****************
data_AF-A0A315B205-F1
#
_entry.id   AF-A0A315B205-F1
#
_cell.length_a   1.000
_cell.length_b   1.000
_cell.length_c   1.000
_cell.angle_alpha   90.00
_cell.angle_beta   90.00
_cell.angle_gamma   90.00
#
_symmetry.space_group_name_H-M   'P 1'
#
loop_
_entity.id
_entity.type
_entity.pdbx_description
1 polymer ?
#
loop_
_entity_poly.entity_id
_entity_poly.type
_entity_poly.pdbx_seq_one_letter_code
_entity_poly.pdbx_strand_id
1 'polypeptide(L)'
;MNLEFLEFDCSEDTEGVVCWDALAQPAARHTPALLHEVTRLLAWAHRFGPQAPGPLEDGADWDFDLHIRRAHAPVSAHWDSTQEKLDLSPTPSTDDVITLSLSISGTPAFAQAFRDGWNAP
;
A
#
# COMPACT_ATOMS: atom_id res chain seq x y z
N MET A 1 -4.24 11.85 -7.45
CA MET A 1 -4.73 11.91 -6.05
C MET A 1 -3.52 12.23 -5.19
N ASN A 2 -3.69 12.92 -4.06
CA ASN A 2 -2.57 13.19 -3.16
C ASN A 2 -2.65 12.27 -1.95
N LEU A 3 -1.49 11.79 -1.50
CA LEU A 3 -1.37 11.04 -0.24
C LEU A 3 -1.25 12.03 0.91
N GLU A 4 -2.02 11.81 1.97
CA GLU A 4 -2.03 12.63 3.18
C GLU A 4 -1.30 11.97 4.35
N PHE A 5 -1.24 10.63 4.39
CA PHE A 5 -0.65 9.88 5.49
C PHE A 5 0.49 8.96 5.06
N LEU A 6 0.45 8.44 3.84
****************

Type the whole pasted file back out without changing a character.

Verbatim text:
data_AF-A0A315B205-F1
#
_entry.id   AF-A0A315B205-F1
#
_cell.length_a   1.000
_cell.length_b   1.000
_cell.length_c   1.000
_cell.angle_alpha   90.00
_cell.angle_beta   90.00
_cell.angle_gamma   90.00
#
_symmetry.space_group_name_H-M   'P 1'
#
loop_
_entity.id
_entity.type
_entity.pdbx_description
1 polymer ?
#
loop_
_entity_poly.entity_id
_entity_poly.type
_entity_poly.pdbx_seq_one_letter_code
_entity_poly.pdbx_strand_id
1 'polypeptide(L)'
;MNLEFLEFDCSEDTEGVVCWDALAQPAARHTPALLHEVTRLLAWAHRFGPQAPGPLEDGADWDFDLHIRRAHAPVSAHWDSTQEKLDLSPTPSTDDVITLSLSISGTPAFAQAFRDGWNAP
;
A
#
# COMPACT_ATOMS: atom_id res chain seq x y z
N MET A 1 -4.24 11.85 -7.45
CA MET A 1 -4.73 11.91 -6.05
C MET A 1 -3.52 12.23 -5.19
N ASN A 2 -3.69 12.92 -4.06
CA ASN A 2 -2.57 13.19 -3.16
C ASN A 2 -2.65 12.27 -1.95
N LEU A 3 -1.49 11.79 -1.50
CA LEU A 3 -1.37 11.04 -0.24
C LEU A 3 -1.25 12.03 0.91
N GLU A 4 -2.02 11.81 1.97
CA GLU A 4 -2.03 12.63 3.18
C GLU A 4 -1.30 11.97 4.35
N PHE A 5 -1.24 10.63 4.39
CA PHE A 5 -0.65 9.88 5.49
C PHE A 5 0.49 8.96 5.06
N LEU A 6 0.45 8.44 3.84